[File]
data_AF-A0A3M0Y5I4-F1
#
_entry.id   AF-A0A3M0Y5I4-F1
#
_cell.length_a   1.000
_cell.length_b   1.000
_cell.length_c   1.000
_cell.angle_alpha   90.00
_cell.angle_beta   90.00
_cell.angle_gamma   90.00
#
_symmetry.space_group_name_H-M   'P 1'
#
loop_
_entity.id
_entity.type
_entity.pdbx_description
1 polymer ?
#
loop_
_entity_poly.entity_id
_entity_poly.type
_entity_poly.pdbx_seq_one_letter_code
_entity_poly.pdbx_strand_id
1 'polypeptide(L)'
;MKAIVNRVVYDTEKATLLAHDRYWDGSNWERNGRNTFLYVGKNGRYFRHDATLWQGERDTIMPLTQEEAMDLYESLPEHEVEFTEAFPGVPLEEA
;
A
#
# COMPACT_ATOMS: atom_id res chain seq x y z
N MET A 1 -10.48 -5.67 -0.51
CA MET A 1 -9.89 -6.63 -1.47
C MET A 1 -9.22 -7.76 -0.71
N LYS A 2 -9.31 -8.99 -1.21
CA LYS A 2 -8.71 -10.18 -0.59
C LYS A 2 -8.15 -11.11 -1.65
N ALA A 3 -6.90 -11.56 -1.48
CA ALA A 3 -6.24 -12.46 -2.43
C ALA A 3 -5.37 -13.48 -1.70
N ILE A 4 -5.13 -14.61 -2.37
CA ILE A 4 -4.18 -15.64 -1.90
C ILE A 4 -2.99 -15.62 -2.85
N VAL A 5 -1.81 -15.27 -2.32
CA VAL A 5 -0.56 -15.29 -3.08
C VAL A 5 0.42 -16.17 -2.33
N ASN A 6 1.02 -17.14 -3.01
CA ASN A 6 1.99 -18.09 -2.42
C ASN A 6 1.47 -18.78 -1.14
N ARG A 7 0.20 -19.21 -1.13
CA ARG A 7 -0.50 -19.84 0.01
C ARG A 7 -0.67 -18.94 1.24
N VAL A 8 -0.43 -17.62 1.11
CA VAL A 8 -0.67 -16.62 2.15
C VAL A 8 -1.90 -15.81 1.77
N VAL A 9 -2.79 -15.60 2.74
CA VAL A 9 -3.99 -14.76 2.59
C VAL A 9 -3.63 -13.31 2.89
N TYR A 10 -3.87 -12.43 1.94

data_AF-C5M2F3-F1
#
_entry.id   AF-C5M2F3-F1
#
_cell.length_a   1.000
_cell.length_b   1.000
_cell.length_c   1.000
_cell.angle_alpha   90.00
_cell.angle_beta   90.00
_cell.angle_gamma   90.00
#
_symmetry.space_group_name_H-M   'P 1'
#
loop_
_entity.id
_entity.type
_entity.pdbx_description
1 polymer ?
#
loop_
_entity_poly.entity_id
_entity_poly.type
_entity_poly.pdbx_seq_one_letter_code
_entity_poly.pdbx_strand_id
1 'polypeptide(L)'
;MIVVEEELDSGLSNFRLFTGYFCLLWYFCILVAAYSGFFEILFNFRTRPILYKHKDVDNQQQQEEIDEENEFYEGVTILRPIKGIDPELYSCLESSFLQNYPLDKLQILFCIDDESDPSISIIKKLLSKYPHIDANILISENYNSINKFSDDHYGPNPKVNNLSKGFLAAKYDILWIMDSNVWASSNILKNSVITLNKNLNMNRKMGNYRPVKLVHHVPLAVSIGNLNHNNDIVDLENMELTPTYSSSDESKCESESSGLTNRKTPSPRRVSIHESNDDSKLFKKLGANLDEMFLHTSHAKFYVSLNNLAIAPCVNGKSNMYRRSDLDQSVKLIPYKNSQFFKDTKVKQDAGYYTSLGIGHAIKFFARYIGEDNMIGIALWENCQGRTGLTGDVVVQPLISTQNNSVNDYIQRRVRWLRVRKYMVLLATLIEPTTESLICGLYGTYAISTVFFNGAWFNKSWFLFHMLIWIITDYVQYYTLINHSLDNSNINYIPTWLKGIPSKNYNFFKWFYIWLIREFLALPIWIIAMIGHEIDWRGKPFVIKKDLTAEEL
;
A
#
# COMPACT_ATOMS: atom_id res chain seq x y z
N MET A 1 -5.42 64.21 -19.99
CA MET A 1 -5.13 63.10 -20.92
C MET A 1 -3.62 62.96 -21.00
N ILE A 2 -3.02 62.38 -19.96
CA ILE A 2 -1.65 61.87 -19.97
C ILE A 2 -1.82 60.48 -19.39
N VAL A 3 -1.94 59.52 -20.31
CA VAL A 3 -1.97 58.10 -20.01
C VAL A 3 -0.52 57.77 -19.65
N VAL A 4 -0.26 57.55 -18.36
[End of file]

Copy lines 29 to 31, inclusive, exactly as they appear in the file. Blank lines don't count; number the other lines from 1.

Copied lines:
#
# COMPACT_ATOMS: atom_id res chain seq x y z
N MET A 1 -10.48 -5.67 -0.51